As long as my embouchure can handle "doubling" with impunity, it should be okay. As little as three months ago it was out of the question. Feeling up to it lately...

...Geezer
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« Reply #1565 on: Jan 07, 2017, 01:29PM »

Well, an old friend who I had not seen in many years, came to pick up a trombone I am selling the other day. He played it a bit and had some comments about the low register. I blew it as we talked it through. He commented that it sounded very different when I played it.. and looked at my mouthpiece. He is playing a fine modern mouthpiece, slightly bigger than a 1 1/2G.... he gave up on the 1 1/2 years ago. I said he could try the MV, but it was not for sale and he might regret it.
He casually put it to his face.... I could hear it... he could feel it... and I could see that he didn't expect it to be anything like it was.
I did warn him.... it my well be one more player searching the ads.
A strange kind of magic.

Chris Stearn.

Yes, I think most people would be surprised if they had the opportunity to try one. But I see on ebay that they are seldom up for sale. People keep them close.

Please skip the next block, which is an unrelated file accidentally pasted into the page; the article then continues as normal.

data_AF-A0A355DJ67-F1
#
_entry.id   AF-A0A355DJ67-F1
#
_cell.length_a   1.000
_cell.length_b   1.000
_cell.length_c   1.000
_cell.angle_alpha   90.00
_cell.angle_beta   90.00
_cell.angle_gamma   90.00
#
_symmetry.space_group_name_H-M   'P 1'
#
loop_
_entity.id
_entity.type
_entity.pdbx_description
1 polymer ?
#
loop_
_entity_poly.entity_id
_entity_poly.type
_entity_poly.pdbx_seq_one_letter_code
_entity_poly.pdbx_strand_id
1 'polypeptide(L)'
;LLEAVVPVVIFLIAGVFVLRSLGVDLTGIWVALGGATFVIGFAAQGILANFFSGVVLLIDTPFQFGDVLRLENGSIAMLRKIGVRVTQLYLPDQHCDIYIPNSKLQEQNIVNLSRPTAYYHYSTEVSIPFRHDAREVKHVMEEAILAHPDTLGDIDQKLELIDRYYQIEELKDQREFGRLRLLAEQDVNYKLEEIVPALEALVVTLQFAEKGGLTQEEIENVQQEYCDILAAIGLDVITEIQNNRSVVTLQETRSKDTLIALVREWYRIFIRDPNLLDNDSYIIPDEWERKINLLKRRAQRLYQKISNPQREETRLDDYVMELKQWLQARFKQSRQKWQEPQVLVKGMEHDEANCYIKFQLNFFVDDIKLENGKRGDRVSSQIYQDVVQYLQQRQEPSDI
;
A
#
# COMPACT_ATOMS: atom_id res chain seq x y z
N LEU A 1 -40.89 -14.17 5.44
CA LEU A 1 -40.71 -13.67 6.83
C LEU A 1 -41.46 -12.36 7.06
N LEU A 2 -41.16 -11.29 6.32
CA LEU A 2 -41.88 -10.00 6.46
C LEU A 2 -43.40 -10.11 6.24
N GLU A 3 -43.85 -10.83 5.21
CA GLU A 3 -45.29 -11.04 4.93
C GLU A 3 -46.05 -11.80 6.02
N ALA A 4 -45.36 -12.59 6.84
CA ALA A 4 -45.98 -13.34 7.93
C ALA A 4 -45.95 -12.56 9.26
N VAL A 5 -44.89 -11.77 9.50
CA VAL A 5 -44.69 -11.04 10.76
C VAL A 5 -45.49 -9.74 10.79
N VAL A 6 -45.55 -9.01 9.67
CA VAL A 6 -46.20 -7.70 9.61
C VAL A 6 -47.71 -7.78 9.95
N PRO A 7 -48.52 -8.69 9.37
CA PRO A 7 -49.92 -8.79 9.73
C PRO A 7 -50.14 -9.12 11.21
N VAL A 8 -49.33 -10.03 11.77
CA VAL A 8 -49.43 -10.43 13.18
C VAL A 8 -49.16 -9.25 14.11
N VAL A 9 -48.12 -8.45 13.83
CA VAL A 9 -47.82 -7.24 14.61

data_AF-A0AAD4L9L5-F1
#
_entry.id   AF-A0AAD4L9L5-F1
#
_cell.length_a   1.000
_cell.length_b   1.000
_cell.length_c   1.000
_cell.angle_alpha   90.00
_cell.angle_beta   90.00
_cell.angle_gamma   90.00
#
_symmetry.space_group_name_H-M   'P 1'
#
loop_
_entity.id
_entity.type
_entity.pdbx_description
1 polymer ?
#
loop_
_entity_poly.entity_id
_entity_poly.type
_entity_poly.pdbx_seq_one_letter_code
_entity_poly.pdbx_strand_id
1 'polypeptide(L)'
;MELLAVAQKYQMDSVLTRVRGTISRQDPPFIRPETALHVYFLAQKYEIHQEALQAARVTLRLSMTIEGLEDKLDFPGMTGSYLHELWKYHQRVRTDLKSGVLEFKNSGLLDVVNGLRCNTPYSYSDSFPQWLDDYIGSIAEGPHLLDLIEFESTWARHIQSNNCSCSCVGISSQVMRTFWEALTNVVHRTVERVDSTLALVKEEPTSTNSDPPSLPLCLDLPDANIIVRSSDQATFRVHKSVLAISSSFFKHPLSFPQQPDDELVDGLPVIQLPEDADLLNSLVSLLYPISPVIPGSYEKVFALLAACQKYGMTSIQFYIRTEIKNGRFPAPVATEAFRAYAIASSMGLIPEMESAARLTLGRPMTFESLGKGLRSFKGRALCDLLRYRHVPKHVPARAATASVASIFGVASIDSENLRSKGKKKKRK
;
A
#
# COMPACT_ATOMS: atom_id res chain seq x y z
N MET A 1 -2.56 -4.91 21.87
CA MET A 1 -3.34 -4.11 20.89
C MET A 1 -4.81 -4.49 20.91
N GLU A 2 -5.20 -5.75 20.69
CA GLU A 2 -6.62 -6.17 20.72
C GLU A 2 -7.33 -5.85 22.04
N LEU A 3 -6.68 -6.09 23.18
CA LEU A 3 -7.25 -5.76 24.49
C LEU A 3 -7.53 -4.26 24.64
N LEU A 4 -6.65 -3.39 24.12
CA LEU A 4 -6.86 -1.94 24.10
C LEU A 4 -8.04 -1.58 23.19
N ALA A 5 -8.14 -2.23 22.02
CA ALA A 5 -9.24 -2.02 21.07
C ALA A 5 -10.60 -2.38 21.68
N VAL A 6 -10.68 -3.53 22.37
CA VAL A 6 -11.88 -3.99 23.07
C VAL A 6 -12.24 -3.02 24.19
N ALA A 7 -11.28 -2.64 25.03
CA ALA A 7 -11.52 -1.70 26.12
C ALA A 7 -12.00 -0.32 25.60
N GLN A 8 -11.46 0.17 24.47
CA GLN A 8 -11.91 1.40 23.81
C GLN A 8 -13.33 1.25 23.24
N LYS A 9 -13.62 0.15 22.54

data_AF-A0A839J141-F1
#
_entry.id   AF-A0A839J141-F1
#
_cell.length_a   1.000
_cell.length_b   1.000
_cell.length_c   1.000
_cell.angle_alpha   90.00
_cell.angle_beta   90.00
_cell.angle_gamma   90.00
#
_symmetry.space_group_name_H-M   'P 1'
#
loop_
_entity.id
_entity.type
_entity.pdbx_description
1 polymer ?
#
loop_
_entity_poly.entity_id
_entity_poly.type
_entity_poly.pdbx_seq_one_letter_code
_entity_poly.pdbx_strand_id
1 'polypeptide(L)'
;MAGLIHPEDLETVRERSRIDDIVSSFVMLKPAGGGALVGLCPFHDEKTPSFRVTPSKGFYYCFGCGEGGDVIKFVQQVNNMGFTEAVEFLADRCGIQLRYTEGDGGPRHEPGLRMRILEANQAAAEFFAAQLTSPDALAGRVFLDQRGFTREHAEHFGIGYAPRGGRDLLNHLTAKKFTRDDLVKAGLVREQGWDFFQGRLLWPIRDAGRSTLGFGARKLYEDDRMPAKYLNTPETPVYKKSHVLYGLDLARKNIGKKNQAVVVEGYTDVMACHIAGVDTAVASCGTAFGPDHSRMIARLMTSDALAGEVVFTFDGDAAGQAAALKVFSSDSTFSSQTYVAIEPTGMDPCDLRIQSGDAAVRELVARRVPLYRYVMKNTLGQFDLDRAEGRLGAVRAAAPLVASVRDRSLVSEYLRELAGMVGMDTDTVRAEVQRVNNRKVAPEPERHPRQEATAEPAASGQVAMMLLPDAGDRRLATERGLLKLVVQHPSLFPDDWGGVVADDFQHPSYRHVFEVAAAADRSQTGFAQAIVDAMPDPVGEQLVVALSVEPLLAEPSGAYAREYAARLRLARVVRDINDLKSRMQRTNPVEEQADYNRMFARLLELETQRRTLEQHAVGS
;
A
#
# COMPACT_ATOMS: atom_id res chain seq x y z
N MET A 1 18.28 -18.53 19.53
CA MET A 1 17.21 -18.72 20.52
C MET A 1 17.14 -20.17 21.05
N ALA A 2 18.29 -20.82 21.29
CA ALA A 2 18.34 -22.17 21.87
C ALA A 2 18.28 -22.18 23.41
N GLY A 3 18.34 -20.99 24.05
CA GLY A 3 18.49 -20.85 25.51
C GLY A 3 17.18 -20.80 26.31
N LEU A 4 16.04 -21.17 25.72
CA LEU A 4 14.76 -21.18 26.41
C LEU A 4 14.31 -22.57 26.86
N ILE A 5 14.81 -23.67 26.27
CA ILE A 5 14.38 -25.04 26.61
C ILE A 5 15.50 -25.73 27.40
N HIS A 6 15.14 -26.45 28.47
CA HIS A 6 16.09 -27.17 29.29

Leif
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« Reply #1566 on: Jan 07, 2017, 02:40PM »

Yes, I think most people would be surprised if they had the opportunity to try one. But I see on ebay that they are seldom up for sale. People keep them close.

Leif
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Chris Stearn
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Still cannot think of anything better to do. Back on an old 1 1/2G again !
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« Reply #1567 on: Yesterday at 02:32 PM »

Thanks Chris! This place would not be the same with out you. There is lot of wisdom in your posts around every aspects of the trombone. It really is! It has helped me a lot.

There is a tread right now about another new mouthpiece, the artisan. Strange enough its from Bach. We have not seen many reviews about it? Is it a desperate kick from a dying horse? I understand the bach company has seen better days.

Anyway I don't think there ever will be a new Mt Vernon. I believe the computer and digitalised world never can replace the art of hand made art. Which the Mt Vernon is....


Leif